Should I Buy an Investment Property When Rates are High?

The best property investment advice you can receive is to always consult those who have experience or specialized skills in property investment.

The property market is a popular way to create a tidy nest egg for retirement but it is not just a matter of buying a property and selling it later down the track for a healthy profit. There are tax considerations, properly location, and tenant selection, not to mention cash flow projections before any decision is made. Despite the large number of reports produced by the media, property investment should be a carefully constructed professional strategy that takes into account your personal needs and goals. For example, buying property via a Self Managed Superannuation fund can be an extremely tax effective way of investing.

In other words, it is not just simply a matter of deciding when to buy an investment property based upon interest rates. There are so many other considerations it would be foolish to generalise one way or the other as to whether it is a prudent decision to borrow money when rates are high or low.

On the one hand, if rates are at an all-time high, it could be argued that the upward cycle may be over and that the downward trend is likely to follow. Similarly, when rates are low, it could be argued that the cycle is about to move into an upward trend. It is self evident that no one can predict the future of interest rates with any degree of accuracy as has been demonstrated over the last two years.

There are always areas growing in values despite rate cycles and putting of investing due to rates being 1% higher and then purchasing a property for 15% greater cost in 2 years time is not a wining approach.

Economists offer differing opinions almost every day of the week with varying degrees of accuracy but more often than not in conflict with each other.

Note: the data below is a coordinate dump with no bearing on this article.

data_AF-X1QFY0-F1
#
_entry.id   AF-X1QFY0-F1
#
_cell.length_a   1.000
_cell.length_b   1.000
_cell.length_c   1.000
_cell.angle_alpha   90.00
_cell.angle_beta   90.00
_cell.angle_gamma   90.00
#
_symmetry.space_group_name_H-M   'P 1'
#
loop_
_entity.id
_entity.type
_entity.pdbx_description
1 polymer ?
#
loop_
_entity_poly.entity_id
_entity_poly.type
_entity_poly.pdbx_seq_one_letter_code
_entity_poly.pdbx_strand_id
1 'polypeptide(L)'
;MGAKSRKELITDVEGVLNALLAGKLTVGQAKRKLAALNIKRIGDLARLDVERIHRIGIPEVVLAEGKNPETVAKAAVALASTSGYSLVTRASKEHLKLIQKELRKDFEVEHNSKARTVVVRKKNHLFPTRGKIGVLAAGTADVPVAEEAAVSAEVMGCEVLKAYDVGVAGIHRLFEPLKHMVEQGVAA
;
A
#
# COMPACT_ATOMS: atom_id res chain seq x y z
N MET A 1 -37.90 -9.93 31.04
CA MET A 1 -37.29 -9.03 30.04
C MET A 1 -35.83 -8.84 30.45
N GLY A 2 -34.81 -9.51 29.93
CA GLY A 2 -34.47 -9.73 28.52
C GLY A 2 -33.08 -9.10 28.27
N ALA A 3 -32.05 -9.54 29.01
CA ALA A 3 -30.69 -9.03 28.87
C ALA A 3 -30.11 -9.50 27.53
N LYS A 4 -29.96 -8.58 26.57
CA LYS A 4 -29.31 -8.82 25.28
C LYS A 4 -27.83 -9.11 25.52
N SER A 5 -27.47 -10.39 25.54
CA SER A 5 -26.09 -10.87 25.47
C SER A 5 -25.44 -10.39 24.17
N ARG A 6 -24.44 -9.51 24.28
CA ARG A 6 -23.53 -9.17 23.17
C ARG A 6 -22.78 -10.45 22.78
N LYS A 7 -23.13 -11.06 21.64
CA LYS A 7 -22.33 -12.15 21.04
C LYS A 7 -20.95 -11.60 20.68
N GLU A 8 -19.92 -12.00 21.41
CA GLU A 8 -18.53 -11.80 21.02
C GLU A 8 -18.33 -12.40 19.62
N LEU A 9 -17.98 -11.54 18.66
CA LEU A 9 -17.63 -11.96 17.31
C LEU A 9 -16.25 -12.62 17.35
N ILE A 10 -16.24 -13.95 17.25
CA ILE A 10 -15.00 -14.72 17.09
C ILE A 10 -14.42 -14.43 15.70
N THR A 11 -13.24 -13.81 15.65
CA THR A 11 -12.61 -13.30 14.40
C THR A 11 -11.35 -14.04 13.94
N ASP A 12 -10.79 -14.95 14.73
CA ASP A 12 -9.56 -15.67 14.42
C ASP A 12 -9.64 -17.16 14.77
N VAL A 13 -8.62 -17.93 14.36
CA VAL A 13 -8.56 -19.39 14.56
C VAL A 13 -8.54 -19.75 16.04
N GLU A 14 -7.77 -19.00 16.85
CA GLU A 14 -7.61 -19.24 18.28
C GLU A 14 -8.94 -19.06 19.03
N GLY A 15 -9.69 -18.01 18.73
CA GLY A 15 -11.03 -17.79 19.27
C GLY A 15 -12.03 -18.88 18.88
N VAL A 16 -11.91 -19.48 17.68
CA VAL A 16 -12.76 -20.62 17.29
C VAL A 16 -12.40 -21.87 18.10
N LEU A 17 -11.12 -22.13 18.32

In the property market, professional investment strategies are not based upon such a simplistic approach however. The hallmarks of a good investment strategy include the following

  • Your ultimate long-term financial goal.
  • Analysis of your income and likely changes over the foreseeable future.
  • Short-term financial priorities, including things like children’s education expenses or overseas holidays.
  • Understanding your risk profile.
  • Taxation and estate planning.
  • Investigation of property purchase options including in-depth analyses of locations throughout Australia highlighting past trends and possible future market directions.
  • Arranging flexible and appropriate finance packages to suit your strategy and cash flow.
  • Regular reviews of your situation and adjusting the strategy accordingly.
  • Using superannuation wherever possible to minimise taxation and to augment property investment purchases.

A professionally designed investment strategy will not only incorporate all these issues but will also give you the peace of mind you need to move forward. In many cases, a worst case scenario is used as the bottom line for future plans so that any unforeseen circumstances such as interest rate rises will not catch you off guard.

Once again, it is clear that in order to plan successfully for your financial future, you cannot rely on one or articles in the media or from anecdotal evidence provided by your friends or family.

The most successful property investment strategies only come after consultation with industry experts who carefully plan and monitor your plan to fruition.


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